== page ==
Santa Monica; The Prostitute My Father Told Me About❣

Photo Credit: Washington State University

This story isn’t about Santa Monica as much as it is about the Igbo culture and a role the women play in ensuring the longevity of the family name as no man wants his name to die.

According to the storyteller who happens to be my father, in Igbo culture, a man who doesn’t have a male child has to ensure his lineage goes on by asking his daughter to remain a spinster to as to continue the lineage and whatever child she gave birth to will be his, especially if the child is male.

There was this man, who gave birth to a girl called Monica. Monica grew up as the Ada and only child of her father hence was told by her father to not get married because she was to inherit his land. Apparently, that life ain’t for Monica as she became a prostitute and went to Asaba to grow the business.

While in Asaba, her father died and his brothers buried him. Burying him made them assume rights to his landed property which they sold to a villager, robbing Santa Monica off everything that had to do with her father.

After being a prostitute for a longer time, Santa Monica popped out three sons for three different men and raised them all by herself. While narrating the story, I couldn’t help but notice the respect in my father’s voice during that part of the story. It was obvious my dad was proud of how despite her profession she did well by her kids.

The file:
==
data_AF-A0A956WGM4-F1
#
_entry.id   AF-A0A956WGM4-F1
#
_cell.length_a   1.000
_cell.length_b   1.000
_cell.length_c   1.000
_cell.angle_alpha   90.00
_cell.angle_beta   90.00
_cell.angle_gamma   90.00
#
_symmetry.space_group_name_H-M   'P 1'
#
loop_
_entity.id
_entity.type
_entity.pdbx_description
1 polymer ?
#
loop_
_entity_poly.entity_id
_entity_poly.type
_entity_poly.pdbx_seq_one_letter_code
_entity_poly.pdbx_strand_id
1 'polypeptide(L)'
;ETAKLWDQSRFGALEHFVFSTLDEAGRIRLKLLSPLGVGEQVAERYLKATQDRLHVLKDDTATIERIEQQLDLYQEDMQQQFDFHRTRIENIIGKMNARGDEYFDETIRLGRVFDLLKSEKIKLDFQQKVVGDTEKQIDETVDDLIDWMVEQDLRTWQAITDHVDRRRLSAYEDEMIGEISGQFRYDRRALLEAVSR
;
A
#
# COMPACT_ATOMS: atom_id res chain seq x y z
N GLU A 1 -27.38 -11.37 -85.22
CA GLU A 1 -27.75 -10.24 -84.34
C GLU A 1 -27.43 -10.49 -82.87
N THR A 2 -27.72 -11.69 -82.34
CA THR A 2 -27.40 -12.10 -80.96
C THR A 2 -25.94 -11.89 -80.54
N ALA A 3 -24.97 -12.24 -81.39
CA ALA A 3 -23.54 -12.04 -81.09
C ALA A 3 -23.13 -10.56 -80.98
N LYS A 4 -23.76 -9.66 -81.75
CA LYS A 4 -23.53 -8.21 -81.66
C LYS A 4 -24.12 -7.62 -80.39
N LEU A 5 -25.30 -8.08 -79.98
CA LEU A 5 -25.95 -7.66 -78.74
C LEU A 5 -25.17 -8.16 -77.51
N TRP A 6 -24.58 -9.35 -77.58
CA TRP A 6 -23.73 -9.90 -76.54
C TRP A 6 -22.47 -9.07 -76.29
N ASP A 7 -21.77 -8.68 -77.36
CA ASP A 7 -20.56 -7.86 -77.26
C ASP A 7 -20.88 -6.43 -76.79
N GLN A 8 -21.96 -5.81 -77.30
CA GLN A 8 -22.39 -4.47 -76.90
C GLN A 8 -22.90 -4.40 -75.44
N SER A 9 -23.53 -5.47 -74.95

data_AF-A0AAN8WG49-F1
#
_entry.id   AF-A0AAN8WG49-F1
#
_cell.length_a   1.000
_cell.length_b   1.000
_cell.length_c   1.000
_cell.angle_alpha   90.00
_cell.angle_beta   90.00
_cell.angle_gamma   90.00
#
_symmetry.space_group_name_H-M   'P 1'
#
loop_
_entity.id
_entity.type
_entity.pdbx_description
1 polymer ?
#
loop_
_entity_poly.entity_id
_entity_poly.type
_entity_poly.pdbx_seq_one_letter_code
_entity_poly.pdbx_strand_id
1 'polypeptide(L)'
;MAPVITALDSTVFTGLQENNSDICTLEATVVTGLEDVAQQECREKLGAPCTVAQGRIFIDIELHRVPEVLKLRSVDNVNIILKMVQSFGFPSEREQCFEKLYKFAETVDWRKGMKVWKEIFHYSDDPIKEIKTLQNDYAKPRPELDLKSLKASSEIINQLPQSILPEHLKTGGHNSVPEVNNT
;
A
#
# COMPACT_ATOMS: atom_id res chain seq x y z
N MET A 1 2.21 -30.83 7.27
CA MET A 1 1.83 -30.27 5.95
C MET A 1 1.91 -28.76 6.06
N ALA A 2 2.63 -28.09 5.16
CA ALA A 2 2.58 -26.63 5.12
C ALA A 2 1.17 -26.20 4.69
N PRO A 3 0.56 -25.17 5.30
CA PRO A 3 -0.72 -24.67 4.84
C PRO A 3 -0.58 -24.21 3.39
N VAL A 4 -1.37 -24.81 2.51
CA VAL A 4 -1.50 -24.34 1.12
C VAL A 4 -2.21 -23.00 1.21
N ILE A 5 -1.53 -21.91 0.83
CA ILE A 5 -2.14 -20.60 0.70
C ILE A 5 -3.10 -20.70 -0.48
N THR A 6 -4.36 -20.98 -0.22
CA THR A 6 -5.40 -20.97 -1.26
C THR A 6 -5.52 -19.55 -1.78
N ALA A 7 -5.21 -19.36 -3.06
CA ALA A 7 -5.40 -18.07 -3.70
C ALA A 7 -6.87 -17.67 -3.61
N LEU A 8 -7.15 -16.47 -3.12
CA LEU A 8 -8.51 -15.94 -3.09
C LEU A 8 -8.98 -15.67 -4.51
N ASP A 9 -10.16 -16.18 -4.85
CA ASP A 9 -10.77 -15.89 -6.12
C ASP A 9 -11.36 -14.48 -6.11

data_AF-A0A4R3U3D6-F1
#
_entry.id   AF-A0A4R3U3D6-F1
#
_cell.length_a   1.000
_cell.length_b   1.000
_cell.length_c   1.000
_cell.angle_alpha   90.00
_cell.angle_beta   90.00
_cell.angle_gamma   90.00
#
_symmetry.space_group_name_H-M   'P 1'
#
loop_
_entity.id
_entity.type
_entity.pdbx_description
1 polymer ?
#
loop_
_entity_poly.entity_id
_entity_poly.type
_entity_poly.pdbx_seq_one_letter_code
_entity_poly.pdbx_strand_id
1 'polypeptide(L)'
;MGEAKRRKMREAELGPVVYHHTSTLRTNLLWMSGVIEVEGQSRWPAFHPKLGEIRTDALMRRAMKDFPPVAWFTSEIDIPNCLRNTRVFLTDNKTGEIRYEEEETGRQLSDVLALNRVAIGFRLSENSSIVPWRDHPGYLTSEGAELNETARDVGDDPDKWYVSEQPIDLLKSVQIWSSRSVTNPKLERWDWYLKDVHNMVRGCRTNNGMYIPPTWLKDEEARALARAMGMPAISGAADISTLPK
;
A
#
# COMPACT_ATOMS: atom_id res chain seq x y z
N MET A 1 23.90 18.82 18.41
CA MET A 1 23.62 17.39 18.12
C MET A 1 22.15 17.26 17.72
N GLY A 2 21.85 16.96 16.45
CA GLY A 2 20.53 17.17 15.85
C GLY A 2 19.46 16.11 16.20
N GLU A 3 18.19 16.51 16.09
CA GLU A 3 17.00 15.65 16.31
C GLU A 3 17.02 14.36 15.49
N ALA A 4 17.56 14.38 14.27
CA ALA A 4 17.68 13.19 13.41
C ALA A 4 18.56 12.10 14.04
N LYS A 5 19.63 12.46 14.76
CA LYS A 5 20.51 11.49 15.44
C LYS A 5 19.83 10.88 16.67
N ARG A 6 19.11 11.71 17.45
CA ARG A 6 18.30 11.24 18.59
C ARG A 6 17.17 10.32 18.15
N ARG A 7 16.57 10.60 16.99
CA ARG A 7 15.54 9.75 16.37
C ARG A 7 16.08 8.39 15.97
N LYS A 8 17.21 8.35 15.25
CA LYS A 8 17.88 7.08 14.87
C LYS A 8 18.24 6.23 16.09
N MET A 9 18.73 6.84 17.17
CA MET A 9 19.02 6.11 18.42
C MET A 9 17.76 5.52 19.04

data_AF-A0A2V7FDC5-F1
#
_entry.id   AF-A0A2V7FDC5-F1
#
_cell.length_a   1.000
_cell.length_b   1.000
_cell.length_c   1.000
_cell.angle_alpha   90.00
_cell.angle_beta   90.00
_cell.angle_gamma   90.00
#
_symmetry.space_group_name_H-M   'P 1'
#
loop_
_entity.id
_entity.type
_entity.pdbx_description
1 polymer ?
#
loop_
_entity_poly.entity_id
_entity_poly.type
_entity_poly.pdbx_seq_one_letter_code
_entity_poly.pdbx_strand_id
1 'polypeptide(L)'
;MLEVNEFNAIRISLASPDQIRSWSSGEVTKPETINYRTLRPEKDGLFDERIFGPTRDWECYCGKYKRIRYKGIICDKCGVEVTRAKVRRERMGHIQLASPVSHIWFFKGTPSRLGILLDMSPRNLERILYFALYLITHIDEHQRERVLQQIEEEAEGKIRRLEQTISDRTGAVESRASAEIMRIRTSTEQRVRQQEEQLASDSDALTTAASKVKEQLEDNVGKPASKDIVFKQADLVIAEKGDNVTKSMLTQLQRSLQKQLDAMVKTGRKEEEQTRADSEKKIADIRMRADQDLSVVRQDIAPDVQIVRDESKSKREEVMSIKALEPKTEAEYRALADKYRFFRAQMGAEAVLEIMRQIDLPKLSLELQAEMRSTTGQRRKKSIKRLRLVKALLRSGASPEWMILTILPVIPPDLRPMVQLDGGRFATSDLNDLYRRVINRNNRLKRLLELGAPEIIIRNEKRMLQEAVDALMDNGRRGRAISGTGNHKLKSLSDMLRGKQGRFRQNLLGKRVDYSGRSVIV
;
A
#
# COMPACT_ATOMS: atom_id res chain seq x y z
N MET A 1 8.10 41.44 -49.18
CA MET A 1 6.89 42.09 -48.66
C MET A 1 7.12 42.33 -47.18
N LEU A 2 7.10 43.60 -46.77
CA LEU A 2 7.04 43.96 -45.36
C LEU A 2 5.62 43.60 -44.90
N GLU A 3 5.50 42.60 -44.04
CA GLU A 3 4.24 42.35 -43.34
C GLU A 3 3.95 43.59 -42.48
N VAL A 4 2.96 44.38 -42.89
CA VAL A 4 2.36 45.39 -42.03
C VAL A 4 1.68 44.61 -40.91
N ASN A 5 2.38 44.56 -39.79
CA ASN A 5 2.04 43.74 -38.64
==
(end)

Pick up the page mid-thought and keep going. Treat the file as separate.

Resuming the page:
“So where is Santa Monica right now?” I asked.

“She’s somewhere in Shagamu with one of her son who is now really rich and a Muslim”

“Wow,” I said trying to wrap my head around the prostitute that lost what was supposed to be hers and was able to raise a son that is now as rich as my father described him to be… knowing my father, that sound of “very rich” is akshwali really rich.

“Not long ago, the son came to our hometown, he brought two cows and killed it to reclaim his place as his son of his grandfather” That’s interesting.

So get this straight, guys; the grandson because a son after fulfilling his duty that at a point was to bury the grandfather, who would’ve been his father if he had been alive to see him born. That’s not all, he has also built a house close to his father’s house in the village and he is presently trying to buy off his father’s land from the person that bought it years ago from his great uncles, or whatever their positions are in his life.

I decided to tell this story because I was thrilled by the story, especially how they called her Santa Monica. Like why Santa, but then I thought of Santa Claus and the Yoruba term, Animashaun and it all made sense, but I wouldn’t know why she was called that. Truth is, I wish I have the opportunity to speak to her, and maybe someday I will, but right now, I am just happy about Santa Monica and her son who stepped up for her to bring her glory back… or better still, give her the glory she probably never had.

Sometimes a happy ending is all it takes to make it all seem right… Isn’t that what our game with Ice-land did for us?

And not mentioning the son’s name was intentional … in as much as he deserves some accolades, he should be as anonymous as possible.




2 Comments Add yours

  1. Oyebamiji Sunday says:

    Nice story. Well told. Some of the ‘Scorpions’ of life can be plucked from the story.


    1. Linorajj says:

      Thank you Sunday. I appreciate the feedback.


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